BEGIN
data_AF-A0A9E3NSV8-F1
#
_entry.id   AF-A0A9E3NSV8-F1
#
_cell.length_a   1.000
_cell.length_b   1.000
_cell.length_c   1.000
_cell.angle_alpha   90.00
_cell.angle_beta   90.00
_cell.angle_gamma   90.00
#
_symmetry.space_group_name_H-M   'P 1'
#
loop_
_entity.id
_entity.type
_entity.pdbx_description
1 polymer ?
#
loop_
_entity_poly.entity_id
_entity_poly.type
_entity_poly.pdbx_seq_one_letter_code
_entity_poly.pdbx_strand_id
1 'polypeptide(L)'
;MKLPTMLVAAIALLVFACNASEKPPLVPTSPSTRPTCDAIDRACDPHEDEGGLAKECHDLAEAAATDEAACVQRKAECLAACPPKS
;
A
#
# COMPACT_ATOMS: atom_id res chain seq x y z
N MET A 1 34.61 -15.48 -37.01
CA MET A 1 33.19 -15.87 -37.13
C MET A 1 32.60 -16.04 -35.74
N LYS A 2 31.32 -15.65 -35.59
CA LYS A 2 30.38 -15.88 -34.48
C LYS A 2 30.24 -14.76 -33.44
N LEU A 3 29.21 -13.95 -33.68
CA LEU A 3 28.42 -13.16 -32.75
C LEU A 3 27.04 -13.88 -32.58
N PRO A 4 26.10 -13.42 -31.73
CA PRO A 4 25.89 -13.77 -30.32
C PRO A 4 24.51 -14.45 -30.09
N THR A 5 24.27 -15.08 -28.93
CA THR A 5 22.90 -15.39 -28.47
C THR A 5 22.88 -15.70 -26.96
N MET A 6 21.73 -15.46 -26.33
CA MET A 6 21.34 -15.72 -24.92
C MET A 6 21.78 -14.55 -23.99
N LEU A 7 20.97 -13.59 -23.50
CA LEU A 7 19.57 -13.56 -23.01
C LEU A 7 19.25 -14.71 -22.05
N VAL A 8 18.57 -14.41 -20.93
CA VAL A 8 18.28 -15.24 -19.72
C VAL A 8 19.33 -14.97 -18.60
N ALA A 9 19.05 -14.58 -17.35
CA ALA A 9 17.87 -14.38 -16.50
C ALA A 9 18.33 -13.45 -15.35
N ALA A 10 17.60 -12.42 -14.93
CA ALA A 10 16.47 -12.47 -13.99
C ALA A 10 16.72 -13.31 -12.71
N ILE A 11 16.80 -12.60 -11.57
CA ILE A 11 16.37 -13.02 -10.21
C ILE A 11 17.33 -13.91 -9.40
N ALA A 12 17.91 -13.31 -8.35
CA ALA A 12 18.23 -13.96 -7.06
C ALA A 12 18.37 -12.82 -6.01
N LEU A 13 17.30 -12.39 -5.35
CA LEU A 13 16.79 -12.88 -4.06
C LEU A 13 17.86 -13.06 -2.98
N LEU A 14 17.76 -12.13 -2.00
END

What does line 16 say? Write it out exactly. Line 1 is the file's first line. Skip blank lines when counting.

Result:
_entity.type